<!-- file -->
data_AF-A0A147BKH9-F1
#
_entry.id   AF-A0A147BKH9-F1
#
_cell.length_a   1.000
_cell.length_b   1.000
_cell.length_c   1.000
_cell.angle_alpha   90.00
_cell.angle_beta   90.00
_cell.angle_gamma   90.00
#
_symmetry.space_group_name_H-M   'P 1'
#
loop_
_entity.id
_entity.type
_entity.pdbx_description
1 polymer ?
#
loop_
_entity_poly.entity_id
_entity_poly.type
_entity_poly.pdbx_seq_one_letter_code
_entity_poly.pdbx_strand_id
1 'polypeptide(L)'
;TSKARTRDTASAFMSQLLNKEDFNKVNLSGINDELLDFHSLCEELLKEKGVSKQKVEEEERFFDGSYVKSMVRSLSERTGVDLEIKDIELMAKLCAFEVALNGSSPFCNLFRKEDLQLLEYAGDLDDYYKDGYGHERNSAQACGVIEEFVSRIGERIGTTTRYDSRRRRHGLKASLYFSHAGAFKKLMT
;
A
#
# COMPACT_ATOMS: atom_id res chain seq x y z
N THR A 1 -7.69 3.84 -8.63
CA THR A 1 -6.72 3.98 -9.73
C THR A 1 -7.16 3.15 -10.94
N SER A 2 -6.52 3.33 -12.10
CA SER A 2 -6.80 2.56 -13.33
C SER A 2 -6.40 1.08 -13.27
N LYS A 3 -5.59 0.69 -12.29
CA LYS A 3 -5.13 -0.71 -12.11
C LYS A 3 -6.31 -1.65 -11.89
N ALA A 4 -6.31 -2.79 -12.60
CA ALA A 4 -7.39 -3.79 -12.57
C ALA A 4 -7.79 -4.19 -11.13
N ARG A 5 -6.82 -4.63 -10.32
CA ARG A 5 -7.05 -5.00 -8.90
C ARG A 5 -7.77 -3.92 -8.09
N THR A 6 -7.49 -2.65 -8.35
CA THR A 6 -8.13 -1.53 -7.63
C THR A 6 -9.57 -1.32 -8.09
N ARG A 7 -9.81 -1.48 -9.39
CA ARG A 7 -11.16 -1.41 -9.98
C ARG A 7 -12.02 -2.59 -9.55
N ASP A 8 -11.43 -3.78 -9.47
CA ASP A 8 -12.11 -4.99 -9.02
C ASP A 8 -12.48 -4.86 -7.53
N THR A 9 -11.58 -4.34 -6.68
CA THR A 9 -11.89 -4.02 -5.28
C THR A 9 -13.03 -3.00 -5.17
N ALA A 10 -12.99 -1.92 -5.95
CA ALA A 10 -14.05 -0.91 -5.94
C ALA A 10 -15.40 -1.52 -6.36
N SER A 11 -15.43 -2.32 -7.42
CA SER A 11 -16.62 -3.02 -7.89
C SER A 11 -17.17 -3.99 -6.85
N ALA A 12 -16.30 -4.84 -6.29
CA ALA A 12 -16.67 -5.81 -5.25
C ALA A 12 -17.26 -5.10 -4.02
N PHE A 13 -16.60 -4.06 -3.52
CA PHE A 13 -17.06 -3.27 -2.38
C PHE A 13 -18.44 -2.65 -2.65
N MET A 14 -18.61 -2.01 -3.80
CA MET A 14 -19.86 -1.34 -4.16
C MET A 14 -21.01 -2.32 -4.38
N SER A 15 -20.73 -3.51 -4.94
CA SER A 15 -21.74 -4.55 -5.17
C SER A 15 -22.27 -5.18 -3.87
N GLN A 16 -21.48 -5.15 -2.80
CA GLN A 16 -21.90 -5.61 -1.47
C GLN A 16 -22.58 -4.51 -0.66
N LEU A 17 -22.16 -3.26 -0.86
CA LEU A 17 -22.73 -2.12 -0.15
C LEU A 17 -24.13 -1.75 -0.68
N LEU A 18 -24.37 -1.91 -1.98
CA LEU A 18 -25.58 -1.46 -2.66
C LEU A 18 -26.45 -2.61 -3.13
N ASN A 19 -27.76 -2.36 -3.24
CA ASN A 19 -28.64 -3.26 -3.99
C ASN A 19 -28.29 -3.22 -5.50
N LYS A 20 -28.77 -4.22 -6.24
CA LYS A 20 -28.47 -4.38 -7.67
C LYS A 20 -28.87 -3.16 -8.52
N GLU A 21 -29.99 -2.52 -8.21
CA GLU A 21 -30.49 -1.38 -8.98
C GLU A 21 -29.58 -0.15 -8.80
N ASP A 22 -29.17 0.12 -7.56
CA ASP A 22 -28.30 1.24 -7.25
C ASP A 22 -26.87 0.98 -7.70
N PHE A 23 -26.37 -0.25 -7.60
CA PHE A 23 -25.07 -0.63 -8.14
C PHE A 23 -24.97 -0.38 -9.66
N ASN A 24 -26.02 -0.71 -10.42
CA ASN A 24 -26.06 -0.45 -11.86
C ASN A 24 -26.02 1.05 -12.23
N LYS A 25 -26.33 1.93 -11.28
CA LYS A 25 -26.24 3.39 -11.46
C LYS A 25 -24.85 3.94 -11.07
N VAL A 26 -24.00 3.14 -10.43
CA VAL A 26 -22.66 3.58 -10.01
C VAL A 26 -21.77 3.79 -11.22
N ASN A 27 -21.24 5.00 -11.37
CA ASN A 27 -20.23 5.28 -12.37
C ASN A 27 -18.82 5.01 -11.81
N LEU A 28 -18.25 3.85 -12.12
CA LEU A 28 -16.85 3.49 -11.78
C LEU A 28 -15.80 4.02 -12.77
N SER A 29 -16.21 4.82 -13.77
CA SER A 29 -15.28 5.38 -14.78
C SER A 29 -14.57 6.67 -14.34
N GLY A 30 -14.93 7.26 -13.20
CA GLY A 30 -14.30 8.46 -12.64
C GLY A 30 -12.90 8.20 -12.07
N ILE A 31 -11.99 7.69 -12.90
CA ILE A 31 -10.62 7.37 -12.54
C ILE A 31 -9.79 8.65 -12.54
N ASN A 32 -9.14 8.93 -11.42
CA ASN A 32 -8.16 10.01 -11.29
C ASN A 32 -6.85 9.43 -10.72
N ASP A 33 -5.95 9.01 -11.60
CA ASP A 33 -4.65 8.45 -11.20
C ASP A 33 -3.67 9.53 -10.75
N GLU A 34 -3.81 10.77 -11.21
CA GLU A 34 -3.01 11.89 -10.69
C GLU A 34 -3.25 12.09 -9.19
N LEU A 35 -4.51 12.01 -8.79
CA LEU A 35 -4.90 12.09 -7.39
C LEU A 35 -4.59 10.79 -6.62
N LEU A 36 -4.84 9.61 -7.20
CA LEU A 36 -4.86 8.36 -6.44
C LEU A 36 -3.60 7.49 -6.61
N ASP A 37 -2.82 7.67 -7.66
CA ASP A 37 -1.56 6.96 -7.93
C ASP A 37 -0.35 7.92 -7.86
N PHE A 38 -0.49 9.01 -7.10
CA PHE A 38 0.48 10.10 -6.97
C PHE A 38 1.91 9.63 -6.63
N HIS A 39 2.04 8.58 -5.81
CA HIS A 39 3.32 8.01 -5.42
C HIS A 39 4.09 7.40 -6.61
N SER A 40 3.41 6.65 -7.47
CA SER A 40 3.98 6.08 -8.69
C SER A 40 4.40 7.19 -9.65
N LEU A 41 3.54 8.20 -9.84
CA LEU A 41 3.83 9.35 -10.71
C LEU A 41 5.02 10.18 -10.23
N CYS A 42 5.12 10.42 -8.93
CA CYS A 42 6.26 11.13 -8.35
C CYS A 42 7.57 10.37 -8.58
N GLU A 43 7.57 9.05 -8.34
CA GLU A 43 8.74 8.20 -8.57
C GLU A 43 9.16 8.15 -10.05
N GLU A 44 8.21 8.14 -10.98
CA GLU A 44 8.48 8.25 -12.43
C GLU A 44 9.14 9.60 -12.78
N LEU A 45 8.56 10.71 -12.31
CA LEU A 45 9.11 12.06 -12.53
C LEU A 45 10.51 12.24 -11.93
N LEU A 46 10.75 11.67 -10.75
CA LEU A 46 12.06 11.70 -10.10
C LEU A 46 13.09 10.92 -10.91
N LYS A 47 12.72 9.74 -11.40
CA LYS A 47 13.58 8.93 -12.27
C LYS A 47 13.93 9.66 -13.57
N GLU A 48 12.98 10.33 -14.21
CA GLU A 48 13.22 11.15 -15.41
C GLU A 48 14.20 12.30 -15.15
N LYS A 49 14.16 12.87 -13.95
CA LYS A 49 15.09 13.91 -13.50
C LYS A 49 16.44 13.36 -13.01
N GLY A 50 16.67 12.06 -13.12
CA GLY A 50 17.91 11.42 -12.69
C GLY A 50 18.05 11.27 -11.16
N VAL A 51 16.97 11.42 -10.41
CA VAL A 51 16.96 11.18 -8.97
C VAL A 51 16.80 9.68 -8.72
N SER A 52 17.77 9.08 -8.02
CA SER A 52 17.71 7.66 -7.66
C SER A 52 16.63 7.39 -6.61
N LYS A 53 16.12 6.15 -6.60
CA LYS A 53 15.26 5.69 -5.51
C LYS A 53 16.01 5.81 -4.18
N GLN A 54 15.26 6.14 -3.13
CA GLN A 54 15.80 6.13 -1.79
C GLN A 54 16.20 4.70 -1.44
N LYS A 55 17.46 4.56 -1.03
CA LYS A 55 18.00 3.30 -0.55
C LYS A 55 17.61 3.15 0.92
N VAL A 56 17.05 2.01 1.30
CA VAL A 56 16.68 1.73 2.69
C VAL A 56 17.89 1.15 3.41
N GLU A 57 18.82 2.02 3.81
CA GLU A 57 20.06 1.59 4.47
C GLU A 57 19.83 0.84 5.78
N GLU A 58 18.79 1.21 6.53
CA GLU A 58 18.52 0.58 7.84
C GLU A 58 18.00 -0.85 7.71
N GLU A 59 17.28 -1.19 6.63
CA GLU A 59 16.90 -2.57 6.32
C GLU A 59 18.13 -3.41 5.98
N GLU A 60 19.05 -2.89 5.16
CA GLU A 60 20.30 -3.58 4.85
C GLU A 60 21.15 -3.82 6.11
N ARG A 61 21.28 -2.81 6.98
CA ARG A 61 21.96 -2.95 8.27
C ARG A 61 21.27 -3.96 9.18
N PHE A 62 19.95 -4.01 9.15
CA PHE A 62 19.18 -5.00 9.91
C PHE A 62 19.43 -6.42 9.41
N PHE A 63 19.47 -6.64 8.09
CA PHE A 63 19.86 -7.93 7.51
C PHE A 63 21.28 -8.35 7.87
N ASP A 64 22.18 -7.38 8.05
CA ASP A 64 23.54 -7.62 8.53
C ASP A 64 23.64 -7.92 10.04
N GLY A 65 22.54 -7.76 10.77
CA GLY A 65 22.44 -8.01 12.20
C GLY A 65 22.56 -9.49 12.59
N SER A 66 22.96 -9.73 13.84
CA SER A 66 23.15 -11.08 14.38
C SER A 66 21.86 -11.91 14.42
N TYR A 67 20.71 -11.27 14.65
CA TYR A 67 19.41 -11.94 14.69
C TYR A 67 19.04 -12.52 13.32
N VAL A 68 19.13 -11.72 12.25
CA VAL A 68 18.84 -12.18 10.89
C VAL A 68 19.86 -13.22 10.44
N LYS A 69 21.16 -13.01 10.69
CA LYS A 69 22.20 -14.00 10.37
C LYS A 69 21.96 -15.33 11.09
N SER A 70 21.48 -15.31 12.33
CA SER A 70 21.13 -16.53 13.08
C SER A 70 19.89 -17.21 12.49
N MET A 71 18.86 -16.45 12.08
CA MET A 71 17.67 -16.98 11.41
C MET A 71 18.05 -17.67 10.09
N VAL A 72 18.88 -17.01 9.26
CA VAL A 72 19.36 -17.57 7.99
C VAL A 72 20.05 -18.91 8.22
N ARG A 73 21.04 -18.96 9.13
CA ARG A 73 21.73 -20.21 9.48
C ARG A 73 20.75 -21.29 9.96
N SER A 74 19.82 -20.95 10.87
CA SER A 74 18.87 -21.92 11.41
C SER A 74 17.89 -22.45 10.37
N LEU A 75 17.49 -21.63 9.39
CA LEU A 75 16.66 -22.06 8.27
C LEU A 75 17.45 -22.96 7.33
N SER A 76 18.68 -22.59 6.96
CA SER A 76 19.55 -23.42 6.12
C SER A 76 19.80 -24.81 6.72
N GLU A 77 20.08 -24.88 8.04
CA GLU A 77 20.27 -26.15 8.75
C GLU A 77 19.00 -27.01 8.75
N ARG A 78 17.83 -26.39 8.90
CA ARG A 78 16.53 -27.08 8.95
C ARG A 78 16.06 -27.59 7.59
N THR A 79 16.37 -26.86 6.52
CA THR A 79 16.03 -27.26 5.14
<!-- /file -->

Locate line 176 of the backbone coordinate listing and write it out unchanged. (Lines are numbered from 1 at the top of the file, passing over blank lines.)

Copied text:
CA LYS A 49 15.09 13.91 -13.50